Branding & Naming Expert President of Tungsten Branding
(Excerpts) “This is a tough one — I don’t envy the tourism marketers for Arizona,” sums up Phillip Davis, president of Tungsten Branding. “In this kind of scenario, the challenge is to maintain a strategic balance between over- and under-reacting. An overly aggressive approach can come off as shrill, and actually end up adding to the controversy by getting people who weren’t even aware of or very interested in the issue involved.”
“In general, it would seem better to stay very non-political and stay on talking points about the larger, enduring ‘brand’ of Arizona — what makes the state beautiful and attractive to visitors,” Davis continues, noting that even the worst political or PR crises eventually subside. “You might want to consider adjusting or toning down certain aspects of an existing marketing campaign for the present, but it doesn’t make sense to just drop current positioning.”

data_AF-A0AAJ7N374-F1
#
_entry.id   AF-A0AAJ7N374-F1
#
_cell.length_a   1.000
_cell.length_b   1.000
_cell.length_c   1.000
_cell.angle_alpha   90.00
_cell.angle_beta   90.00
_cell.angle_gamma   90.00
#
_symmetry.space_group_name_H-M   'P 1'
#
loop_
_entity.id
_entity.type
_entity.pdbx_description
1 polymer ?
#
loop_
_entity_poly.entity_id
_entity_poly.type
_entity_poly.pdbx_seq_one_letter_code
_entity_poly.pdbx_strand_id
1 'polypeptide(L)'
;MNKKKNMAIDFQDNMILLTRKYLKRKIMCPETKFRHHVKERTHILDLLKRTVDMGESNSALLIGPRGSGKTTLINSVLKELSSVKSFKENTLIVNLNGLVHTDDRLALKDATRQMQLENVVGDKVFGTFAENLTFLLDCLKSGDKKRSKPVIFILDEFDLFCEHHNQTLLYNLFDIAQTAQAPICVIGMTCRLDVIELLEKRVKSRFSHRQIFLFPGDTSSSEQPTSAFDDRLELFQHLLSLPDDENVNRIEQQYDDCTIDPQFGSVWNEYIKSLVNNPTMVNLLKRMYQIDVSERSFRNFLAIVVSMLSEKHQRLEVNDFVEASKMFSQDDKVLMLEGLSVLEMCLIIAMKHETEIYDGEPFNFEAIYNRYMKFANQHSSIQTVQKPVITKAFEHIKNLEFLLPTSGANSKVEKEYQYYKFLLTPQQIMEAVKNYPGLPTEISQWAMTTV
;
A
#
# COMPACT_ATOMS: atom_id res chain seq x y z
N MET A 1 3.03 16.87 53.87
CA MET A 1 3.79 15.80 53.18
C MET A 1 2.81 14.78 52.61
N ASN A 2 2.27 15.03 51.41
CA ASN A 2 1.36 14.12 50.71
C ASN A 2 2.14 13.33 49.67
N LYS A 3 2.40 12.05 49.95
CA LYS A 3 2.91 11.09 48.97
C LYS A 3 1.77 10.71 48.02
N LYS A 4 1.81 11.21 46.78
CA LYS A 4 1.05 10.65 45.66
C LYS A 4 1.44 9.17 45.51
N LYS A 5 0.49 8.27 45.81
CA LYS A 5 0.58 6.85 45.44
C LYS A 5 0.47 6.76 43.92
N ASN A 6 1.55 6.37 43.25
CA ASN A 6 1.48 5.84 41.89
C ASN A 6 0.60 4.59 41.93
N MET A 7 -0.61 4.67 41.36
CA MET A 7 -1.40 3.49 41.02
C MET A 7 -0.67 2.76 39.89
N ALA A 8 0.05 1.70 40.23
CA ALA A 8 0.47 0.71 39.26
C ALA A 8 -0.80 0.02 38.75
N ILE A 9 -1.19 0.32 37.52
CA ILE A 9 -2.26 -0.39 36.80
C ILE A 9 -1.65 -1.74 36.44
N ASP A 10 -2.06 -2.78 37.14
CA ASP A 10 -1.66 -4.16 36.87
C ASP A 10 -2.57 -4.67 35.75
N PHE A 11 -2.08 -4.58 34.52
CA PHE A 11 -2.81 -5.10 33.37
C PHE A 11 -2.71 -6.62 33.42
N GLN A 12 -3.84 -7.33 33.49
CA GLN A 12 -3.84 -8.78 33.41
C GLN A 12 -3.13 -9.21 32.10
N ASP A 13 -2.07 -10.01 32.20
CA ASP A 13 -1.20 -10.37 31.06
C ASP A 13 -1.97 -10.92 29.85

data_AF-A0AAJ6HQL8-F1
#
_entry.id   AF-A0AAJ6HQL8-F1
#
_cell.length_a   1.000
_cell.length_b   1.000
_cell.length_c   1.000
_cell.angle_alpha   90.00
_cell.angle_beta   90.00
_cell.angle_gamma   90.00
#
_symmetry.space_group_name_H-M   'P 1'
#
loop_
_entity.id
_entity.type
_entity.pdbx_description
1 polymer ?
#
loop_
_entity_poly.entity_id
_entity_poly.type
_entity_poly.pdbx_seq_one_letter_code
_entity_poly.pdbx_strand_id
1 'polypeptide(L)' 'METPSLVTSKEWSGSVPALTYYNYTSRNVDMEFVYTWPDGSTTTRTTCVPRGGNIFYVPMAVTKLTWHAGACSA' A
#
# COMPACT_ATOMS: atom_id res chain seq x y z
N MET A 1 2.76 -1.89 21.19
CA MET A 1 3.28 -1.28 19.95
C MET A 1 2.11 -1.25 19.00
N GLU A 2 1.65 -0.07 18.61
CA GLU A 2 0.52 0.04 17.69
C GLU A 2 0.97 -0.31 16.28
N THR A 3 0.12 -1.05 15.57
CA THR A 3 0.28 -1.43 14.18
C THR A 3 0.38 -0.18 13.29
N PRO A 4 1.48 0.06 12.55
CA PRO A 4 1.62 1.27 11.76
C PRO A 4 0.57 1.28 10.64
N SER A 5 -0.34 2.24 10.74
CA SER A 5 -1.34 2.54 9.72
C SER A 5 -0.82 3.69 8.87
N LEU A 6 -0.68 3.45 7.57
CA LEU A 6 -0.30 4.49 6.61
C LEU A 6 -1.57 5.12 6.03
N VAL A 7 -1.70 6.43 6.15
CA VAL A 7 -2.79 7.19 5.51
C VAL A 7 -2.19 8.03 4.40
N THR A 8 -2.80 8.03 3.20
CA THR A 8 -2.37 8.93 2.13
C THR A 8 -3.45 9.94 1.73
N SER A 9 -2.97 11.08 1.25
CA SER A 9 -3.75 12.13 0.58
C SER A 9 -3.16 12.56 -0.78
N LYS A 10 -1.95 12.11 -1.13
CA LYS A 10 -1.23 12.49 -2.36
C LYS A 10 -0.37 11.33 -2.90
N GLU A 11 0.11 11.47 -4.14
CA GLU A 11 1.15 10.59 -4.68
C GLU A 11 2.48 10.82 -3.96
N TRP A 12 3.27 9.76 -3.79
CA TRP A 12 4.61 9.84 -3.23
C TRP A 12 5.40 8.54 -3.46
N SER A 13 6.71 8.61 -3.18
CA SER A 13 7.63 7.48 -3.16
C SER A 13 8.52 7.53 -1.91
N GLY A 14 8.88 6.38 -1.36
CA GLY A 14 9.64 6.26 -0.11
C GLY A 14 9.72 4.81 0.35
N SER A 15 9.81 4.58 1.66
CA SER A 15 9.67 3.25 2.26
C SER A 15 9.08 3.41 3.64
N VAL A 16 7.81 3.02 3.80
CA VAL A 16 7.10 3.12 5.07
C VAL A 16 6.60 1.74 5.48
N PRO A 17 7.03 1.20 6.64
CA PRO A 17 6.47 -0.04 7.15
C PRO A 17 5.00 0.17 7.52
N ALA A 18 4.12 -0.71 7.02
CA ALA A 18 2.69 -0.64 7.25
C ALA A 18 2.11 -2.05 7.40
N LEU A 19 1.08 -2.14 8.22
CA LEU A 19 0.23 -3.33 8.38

While Arizona’s current “Free to Be” tagline is admittedly not ideal at present, he points to the example of Toyota — which instead of dropping its ‘Moving Forward’ tagline in the face of its vehicle acceleration crisis, just downplayed the phrase and focused on taking concrete steps to motivate consumers to buy its cars.
Davis approves of the strategy of reaching out to existing brand loyalists, or “friendlies,” during such a crisis. Trying to convert or change the minds of people who are currently angry or antagonistic toward a brand is “hugely expensive,” can take years, and is in any case likely to come off as “artificial and contrived,” he points out. “It’s easier and more effective to swim downstream, by reaching out to those existing loyalists — including those who have enjoyed visiting the region in the past.”
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